PopSockets are now officially available in Singapore
The “little life changers” are here to stay. PopSockets is an expandable grip-and-stand that works with phones, tablets, e-readers, and whatever else you can think of. It’s an upgrade to the ring grip-stands of old, and in the US has swiftly captivated millions everyday users, influencers, and red-carpet celebrities.
Unlike those ring grips, PopSockets feature a slimmer profile that can deploy accordion-style. There are two levels of “pop” depending on how much depth you need – as a cord wrap or as a grip, for example – and full 360-degree articulation to get the perfect standing angle.
It’s other key selling point is the water-based adhesive, making the PopSocket easily removable for better placement, swapping between devices, or even as a last-minute clothes hanger. Users can also slap on a pair or more for better stability when gaming or with larger devices.
The build feels sturdy enough for day-to-day to use, and the tactile pop is certainly grounds for some unconscious fidgeting (an angle the company is already exploring). What intrigued me the most, however, was how much more natural it felt compared to the rings. On a less personal level, the PopSocket flat out offers better versatility – it’s great for one-handed reading, can be easily repositioned as a stand for portrait recording, and then paired with another for landscape gaming.
That versatility is limited only by one’s imagination, with one employee sharing how he even uses it as a miniature laptop-stand to prevent overheating. The PopSockets are rated to expand and collapse 12,000 times, and can be repositioned up to 100 times. While water and humidity wouldn’t pose problems, prolonged exposure to heat will. If it ever comes loose, simply wet the glue with some water and re-fix. There’s a limited warranty in place too, emphasizing the accordion mechanism more than the face plate.
Naturally, there are plenty of face plates to choose from. While largely targeted at a younger audience, newer designs – available from May 2018 onwards – feature premium materials such as vegan leather and metal. PopSockets also has licensed collaborations with Marvel, DC Comics, Harry Potter, and more. There’s even a Crystals from Swarovski collection, only available in limited quantities (it’s already sold out in the States). And should nothing catch your fancy, there’s always the option to go custom.
Complementing the PopSockets are mounts that attach via adhesive backing or onto a car’s air-con vents. The former can be fixed onto any vertical surfaces such as dashboards, mirrors, or refrigerators, though it cannot be repositioned due to the stronger, heat-resistant glue.
Beyond those, users can look forward to SwapTops for easily removable top plates, Twists for some phone-spinning fidgeting, and mounts that attach via adhesive backing or to a car’s air-con vents.
PopSockets started as a simple solution to an everyday problem: tangled earphone cables. Philosophy professor David Barnett couldn’t find a system that worked for him, so with necessity the mother of invention, he made one himself. With the help of a fabrics shop, Barnett fashioned a prototype consisting of a pair of large, vertically-arranged buttons serving as cable wraps. It worked but, aesthetically, left plenty to be desired.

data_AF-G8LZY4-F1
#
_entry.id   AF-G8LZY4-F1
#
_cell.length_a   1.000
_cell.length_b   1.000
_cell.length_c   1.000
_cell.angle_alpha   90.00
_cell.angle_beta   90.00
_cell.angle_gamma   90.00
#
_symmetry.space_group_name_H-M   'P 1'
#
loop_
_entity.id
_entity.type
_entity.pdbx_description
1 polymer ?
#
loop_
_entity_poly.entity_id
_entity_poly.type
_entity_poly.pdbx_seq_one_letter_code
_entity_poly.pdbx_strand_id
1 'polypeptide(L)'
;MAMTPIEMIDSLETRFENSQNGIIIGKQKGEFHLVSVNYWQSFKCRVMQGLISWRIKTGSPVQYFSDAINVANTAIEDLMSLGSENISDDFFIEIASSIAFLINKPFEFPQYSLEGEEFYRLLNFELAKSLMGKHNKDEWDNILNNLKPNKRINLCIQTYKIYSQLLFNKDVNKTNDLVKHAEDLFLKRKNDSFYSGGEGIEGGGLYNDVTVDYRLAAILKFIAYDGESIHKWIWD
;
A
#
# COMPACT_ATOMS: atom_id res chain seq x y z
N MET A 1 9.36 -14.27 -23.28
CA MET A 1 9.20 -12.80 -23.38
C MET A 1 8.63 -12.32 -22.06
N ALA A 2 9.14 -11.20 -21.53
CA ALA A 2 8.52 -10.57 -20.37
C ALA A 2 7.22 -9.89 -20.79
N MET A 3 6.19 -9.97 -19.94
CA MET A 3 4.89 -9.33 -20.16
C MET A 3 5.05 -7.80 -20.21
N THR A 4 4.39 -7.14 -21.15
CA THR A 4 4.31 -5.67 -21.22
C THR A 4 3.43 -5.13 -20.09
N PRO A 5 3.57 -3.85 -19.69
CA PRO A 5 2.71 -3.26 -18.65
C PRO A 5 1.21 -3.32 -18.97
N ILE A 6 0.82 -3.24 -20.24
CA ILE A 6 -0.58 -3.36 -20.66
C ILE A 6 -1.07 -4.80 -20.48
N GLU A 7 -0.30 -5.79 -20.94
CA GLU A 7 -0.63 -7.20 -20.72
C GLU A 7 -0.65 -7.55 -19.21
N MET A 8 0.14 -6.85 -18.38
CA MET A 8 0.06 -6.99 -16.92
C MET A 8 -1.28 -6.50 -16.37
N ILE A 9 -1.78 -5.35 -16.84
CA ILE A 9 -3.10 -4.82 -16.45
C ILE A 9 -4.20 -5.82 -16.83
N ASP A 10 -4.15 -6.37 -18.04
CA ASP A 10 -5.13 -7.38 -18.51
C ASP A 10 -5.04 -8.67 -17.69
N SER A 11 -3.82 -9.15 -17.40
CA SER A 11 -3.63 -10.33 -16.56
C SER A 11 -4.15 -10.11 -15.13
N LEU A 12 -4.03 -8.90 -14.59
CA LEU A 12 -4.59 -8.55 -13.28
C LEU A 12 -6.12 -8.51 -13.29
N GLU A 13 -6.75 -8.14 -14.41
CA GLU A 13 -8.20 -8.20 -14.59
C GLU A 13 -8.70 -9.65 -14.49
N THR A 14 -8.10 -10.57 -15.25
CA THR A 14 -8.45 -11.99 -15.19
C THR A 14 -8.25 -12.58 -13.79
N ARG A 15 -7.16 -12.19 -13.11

Some tweaking later he took to Kickstarter with his first proposal: “an iPhone case with expanding buttons for propping, gaming, holstering, headset management, and looking good.” Armed with his idea and viral-worthy pitch video, the project was greenlit in Feb. 2012 with approximately S$24,000 pledged. Two years later, that concept evolved to become the PopSockets that we know today.
It’s come a long way ever since, growing into such a sizeable force that the US’ NPD Group awarded it as the Fastest Growing Brand in the Cell Phone Accessories & Mobile Power category at CES 2018.
For all its success, the company isn’t content with territorial expansion. PopSockets have a couple of new products lined up for the year, including swappable tops (SwapTops) that are completely tool-free. They’ll be bringing back phone cases with integrated PopSockets, as well as name card holders that feature the same. They’re easily removed too, so it won’t get in the way of wireless charging.
Barnett shares a few intriguing peeks into the future as well, utilizing the SwapTop’s design to incorporate technologies such as a Bluetooth speakers and portable batteries. There are plenty more ideas masked behind confidentiality, ones we may get to see next year and beyond.
Currently, custom and US-exclusive PopSockets, such as the Pokémon collection, can only be ordered through the website. Shipping to Singapore starts around S$9, but to better serve the region the company does intend to set up new operations once they’ve figured out the logistics. So far, they’ve already established their Asia-Pacific headquarters here, staffed by a team of local veterans.
PopSockets start at $16.90 and may be tested in person at official retailers such as BHG, Harvey Noman Milenia Walk, Popular, Kinokuniya, and TANG’s Vivocity. You can also find them at Gift Greetings, iStudio, NBC, Nubox, and TOG Toy or Game outlets, among others.
You’re not going to have much trouble finding one.